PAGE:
Council of Independent Colleges Historic Campus Architecture Project

 

 
Elston Homestead

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Institution Name: Wabash College
Original/Historic Place Name: home of Major Isaac C. Elston
Location on Campus: 400 E. Pike St.
Date(s) of Construction and Designer(s):
1835original construction Unknown
1930srenovation and landscaping Unknown
Type of Place: Individual building
Style(s): (Glossary)
Materials:
Foundation: stone, brick
Walls: brick painted white
Roof: asphalt shingle
 
    Function:
1835-1967private residence
1967-present (2007)president's house

Significance: architecture, education, history
Landmark designation:
none
Narrative: see below
References: see below
 

Narrative:
Now home to the president of Wabash College, this eight-room house was built in 1835 by the most prominent citizen of Crawfordsville at the time, Major Isaac Compton Elston. In addition to his own "mansion," as it was called locally, Major Elston built large homes for his children's families on his surrounding forty acres, known as Elston Grove. One of his daughters, Joanna, married U.S. Senator Henry Lane, a close friend of Abraham Lincoln, and their home, Lane Place, is directly across Pike Street. Another daughter, Susan, married General Lew Wallace, whose study is at the end of Pike Street and is on the National Register (Their home on Wabash Avenue no longer exists). A local merchant, Major Elston founded the Elston Bank in Crawfordsville, raised money to build a local railroad, and bought huge tracts of land on Lake Michigan which he had plotted and sold to establish Michigan City, Indiana.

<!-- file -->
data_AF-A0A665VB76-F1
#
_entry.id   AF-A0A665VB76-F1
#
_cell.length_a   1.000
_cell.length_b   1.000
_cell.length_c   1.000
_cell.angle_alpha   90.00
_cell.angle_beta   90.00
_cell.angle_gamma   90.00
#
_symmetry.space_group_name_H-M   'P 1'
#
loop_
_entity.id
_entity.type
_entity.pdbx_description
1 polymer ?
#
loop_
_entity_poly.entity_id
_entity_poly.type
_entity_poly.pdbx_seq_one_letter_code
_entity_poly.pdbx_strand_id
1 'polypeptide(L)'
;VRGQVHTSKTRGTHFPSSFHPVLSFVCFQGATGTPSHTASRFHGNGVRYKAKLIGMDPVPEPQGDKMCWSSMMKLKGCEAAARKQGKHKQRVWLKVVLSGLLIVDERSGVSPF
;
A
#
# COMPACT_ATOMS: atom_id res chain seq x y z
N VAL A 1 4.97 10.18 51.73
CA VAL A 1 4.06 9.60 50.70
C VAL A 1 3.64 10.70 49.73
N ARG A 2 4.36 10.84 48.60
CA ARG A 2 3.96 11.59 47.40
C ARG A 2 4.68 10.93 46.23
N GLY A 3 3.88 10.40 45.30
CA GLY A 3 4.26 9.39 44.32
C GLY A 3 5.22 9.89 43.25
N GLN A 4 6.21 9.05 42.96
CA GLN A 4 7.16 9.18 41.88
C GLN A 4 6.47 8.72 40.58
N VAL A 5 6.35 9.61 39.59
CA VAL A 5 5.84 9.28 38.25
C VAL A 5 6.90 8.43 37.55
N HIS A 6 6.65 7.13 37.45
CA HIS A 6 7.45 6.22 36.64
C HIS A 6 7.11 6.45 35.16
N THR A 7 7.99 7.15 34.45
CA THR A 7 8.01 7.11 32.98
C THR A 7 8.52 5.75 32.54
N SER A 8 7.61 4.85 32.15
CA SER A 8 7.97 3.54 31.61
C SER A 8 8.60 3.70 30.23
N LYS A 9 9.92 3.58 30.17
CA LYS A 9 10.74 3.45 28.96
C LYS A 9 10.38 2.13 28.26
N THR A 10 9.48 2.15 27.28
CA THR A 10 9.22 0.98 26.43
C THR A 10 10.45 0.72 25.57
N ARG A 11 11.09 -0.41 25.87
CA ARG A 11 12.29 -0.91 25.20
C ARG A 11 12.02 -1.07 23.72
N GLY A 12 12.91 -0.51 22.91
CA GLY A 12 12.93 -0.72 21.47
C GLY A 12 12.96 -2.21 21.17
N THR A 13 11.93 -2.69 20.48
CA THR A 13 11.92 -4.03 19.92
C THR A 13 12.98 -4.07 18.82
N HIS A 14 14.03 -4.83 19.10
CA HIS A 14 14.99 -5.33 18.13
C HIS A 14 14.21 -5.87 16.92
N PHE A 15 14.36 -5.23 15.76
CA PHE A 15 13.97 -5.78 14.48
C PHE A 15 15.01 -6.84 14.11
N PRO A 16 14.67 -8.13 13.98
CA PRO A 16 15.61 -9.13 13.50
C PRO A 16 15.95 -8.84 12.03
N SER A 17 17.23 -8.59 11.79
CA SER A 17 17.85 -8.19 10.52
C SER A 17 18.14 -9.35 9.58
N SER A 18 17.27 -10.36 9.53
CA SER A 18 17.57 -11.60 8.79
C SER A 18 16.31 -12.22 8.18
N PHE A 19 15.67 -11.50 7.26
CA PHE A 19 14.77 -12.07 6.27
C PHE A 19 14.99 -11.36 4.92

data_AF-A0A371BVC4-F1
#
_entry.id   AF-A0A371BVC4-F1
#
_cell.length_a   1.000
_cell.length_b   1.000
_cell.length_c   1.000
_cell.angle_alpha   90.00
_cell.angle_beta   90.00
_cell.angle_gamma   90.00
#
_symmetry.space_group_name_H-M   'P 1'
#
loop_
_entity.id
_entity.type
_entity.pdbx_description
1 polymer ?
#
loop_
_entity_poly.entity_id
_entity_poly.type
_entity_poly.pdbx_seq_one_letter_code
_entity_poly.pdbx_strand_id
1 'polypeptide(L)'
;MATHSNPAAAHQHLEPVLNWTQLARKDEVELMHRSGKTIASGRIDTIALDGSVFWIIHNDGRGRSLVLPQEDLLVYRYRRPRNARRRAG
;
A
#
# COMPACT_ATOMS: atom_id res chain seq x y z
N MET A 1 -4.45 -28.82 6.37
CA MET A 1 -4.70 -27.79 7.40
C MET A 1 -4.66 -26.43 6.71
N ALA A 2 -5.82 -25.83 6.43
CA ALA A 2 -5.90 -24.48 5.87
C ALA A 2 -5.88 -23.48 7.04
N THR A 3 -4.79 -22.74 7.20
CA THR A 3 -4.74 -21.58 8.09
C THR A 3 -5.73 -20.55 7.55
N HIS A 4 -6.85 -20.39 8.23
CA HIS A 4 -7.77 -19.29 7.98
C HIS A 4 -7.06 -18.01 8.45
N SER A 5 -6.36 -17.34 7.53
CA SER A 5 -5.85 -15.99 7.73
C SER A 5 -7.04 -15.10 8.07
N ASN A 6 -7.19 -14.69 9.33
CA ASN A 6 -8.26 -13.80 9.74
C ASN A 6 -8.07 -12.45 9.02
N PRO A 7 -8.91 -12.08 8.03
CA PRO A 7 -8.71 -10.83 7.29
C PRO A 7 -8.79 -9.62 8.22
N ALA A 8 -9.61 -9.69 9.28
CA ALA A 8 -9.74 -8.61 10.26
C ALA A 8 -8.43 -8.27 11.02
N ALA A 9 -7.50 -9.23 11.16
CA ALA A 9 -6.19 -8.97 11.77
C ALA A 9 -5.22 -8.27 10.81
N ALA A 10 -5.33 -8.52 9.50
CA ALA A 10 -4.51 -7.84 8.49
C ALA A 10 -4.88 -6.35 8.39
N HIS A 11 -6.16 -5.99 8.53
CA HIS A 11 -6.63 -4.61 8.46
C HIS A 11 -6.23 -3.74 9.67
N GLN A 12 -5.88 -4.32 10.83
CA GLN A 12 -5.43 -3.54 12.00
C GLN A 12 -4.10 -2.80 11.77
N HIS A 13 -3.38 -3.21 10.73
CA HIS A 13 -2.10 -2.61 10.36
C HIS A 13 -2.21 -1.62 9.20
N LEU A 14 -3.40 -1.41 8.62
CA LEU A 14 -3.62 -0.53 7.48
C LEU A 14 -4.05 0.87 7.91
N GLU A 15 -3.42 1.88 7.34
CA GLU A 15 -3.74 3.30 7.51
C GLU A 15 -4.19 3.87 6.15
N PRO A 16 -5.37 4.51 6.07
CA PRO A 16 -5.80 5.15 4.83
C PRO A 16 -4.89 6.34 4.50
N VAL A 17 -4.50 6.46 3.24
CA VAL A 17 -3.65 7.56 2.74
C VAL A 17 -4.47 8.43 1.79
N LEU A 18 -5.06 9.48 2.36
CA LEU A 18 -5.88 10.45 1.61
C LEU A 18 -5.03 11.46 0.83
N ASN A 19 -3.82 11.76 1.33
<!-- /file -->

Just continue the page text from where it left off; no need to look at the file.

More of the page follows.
Following Major Elston's death, various family members lived in the homestead, and in the 1930s his grandson, Ike Elston (named Isaac C. Elston Jr. instead of the third), undertook a large-scale renovation of the interior and extensive landscaping. As city streets were added in the area, the original entrance had become the 'back" door with the main entrance moving to the south side on Pike Street. A wide center hall separates the four large rooms on each floor. Today the third or attic floor has been finished into two additional bedrooms and a two story addition on the back adds several more rooms. Two pairs of chimneys are built into the gables on the east and west ends. The initials ICE are carved in the northwest gable cornerstone; 1835 is inscribed in the southwest gable stone. Following his death in 1964, Wabash College inherited the homestead as part of Ike Elston's estate, and it became the house of the college president in 1967.
 

References:
I. Bibliographic sources:

Montgomery County Interim Report. Indianapolis, IN: Historic Landmarks Foundation of Indiana, 1986.

Larson, Jens Frederick, and Archie MacInnes Palmer. Architectural Planning of the American College. New York: McGraw-Hill, 1933.

Osborne, James I., and Theodore G. Gronert. Wabash College: The First Hundred Years, 1832-1932. Crawfordsville, IN: Wabash College, 1932.

II. Location of other data:
University: Library, Special Collections
Other: Robert T. Ramsey, Jr. Archival Center, Wabash College, Crawfordsville, IN
 

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Last update: November 2006